Every American city has a beginning, a present, and a future. Among its histories are events that inadvertently design its destiny. Depending on who is telling the story, the reality may seem different because perspective often crafts our realities. I have lived in St. Petersburg, Florida my entire life. When I decided to do my Masters of Liberal Arts project on displaced churches in the Gas Plant District, I had an image of how the story would unfold. As I began to do research and talk to people that are also from St. Petersburg, stories began to evolve and the project I thought I would have, shifted.

Gas plant area the late 1970s - Credit: City of St. Petersburg

The Gas Plant District as it was recently rebranded was once the gas plant area, a section of town known for its large gas towers. Stories about its origins and history have helped shape the identity of the black community as a whole. However, it wasn’t just the Gas Plant area, which was previously known as the Coppers Quarters. It was also communities like Pepper Town, Methodist Town, and The Deuces. Listening to history and putting together the pieces was like a cultural work of art. Each story is intricately woven into another. Once completed, there are both perfect and flawed patterns, when bound together, form a unique, rich, unfinished tapestry.

What the city refers to as Phase One, was the purchase of land for a redevelopment project with the intention of creating a multi-purpose industrial park. Phase Two required the purchase of remaining property in the gas plant area to build Tropicana Field, home of the Tampa Bay Rays baseball team. The original plans changed after the city receive little to no interest from developers for the industrial park. 

The gas plant area was once home to some of the oldest black churches in the city. By the time Phase Two hit, the last vestiges of churches, were Bethel Metropolitan Baptist Church, First Baptist Institutional Church, and Prayer Tower Church of God In Christ. I spoke with the pastors of these churches, along with members to get a perspective of what the relocations meant to them.

The focus of the project was to tie together the relationship between the black community, black churches, and the legacy of land grabs that have placed black residents into a perpetual fight to survive and to exist. The original questions I wanted to answer at the close of my research were:

  1. What did losing the gas plant area means to the black community?

  2. How did the displacement of black churches impact the faith community?

  3. Now that baseball may be leaving the city, what if anything does the city owe the black community for the loss of a community and the failure to make good on its promises?

  4. Have black pastors lost their level of influence and respect?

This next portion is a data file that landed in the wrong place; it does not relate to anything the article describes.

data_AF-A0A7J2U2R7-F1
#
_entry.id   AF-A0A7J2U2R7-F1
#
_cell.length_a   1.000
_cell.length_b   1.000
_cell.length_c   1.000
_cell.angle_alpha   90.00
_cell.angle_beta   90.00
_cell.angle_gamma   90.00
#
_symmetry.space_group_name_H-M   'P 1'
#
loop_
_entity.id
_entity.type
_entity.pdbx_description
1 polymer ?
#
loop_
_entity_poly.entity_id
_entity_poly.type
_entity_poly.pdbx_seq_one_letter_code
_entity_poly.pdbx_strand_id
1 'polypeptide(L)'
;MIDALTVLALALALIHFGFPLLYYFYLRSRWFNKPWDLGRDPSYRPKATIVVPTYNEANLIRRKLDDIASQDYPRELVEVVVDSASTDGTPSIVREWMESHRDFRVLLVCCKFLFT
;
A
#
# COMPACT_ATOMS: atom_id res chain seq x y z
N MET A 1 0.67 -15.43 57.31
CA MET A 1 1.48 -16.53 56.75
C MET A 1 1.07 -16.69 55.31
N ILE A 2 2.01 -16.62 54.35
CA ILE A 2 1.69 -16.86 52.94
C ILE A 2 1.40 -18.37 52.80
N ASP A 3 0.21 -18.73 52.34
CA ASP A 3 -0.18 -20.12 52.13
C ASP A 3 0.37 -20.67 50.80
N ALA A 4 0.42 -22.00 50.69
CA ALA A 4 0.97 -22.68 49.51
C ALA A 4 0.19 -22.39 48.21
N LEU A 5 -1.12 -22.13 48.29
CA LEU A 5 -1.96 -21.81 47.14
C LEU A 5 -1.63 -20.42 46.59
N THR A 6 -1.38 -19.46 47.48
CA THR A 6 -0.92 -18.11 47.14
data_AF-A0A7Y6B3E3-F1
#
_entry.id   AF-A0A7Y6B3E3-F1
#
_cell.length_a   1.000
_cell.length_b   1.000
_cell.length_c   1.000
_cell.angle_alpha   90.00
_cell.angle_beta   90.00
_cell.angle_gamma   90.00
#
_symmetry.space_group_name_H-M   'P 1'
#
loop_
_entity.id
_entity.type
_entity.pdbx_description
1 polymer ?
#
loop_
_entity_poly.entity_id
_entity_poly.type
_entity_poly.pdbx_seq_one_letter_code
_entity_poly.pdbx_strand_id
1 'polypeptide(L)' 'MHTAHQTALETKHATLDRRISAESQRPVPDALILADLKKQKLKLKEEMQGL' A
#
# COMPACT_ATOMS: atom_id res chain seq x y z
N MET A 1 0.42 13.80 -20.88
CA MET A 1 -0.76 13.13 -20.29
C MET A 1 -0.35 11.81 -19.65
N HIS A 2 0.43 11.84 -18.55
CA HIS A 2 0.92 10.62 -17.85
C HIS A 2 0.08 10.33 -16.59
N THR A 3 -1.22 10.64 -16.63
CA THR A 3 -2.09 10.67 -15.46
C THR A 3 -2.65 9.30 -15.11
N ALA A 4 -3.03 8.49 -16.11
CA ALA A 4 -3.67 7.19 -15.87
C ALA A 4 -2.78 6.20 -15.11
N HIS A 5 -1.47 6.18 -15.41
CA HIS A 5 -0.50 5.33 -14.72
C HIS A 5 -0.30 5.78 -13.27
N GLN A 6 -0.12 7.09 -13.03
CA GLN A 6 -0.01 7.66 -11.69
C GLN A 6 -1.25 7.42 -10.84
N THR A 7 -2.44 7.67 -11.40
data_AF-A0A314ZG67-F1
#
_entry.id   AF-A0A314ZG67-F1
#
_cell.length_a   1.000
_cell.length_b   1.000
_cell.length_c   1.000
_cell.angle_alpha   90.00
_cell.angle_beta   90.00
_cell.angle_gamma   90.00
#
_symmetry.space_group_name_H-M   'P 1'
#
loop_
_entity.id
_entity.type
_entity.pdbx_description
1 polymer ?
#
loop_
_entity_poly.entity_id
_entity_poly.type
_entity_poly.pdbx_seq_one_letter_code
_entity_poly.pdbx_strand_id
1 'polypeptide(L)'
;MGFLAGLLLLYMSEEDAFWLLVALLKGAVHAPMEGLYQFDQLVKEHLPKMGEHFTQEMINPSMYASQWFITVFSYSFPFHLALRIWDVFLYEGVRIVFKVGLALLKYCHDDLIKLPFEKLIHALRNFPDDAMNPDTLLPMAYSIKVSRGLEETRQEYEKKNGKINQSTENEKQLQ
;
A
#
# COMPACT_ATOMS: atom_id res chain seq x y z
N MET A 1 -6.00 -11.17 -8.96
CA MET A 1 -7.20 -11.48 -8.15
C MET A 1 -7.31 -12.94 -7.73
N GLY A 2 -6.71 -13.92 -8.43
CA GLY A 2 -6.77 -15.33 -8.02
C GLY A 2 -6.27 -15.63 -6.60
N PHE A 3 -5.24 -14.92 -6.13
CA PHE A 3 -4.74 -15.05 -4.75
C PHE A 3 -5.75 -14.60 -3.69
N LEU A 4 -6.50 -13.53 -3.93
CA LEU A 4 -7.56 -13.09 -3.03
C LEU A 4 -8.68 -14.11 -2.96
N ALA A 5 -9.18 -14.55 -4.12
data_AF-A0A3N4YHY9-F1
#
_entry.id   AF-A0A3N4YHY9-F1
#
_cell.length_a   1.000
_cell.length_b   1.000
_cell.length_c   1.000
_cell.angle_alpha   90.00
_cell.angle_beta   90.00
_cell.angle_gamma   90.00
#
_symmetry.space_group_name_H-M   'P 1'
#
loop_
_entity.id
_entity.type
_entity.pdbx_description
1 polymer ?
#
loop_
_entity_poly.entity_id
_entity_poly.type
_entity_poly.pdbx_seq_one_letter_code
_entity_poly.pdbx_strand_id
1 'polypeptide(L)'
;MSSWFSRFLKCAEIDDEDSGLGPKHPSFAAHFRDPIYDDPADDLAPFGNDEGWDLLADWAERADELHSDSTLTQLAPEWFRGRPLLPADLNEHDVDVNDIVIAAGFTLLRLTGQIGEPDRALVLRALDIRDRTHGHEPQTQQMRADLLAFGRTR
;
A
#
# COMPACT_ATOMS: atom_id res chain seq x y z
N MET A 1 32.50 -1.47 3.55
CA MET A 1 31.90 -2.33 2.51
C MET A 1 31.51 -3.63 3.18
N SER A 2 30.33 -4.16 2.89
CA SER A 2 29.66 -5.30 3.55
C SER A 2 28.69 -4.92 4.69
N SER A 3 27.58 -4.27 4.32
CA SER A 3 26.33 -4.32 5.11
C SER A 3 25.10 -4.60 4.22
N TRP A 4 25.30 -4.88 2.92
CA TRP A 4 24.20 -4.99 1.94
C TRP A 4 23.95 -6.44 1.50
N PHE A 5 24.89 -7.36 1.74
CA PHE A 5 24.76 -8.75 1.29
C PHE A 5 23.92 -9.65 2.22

After numerous discussions with pastors, church members, and people that lived through the displacements, what I was left with was a new question. Will the black community of St. Petersburg and its black churches exist in St. Petersburg’s "generational endeavor” called Vision 2050 plan?

Enoch D. Davis, the “fourth pastor of Second Bethel Baptist Church” (Reese 2017) which was later renamed Bethel Community Baptist Church, served from 1932 to 1984. At the time he had “the longest-serving period by any pastor in St. Pete’s history” (Reese 2017). He wrote in his book On the Bethel Trail:


No minority church ever started out with greater handicaps and made more significant progress in as short a period of time than the black race. When the Emancipation Proclamation was signed, not more than 5 percent of black Americans could read and write. American blacks have been handicapped with regard to education, religion, recreation, employment, travel, hospitalization, and security.

Central to black achievement has been the church. The black church came into being because there were needs that only a free church could meet—spiritual, social and humanitarian needs had been neglected both within and outside the church. The organized church put up a strong resistance to the acceptance of blacks into their membership on an equal basis (Davis 1979 56).   

Enoch D. Davis

The first black people, John Donaldson and his wife Anna Germain, settled in St. Petersburg in 1868. Laborers, that came to the area to build the rails for Orange Belt Railways arrived in 1888. This is where St. Petersburg’s African American history begins (2019).  The workers typically journeyed from town to town in the direction of the rails. When they reached the area, a small group decided to make it home. The first settlement was called Pepper Town.

In 1894 the first and oldest black church in the city is Bethel African Methodist Episcopal Church. The black community known as Methodist Town was named for the church. As the black population continued to grow other communities formed. In the midst of this expansion, the city itself was also developing and officially became an incorporated city in 1903 (2019).

Progress has always made its way through the black community. This is not something that is unique to St. Petersburg. Cities throughout the United States have

Bethel AME.jpg

Bethel African Methodist Episcopal Church

St. Petersburg, Florida

Credit: The Weekly Challenger Newspaper

their own stories. For St. Petersburg, Interstate 275 and Major League Baseball are the main culprits.




“City of St. Petersburg.” The City of St. Petersburg Florida, 28 June 2019, http://www.stpete.org/history_and_preservation/index.php.

Davis, Enoch Douglas. On the Bethel Trail. Valkyrie Press, 1979.

Reese, Gwen. “I AM: Rev. Enoch Davis.” –The Weekly Channel, 10 Nov. 2017, http://theweeklychallenger.com/i am-rev-enoch-davis/.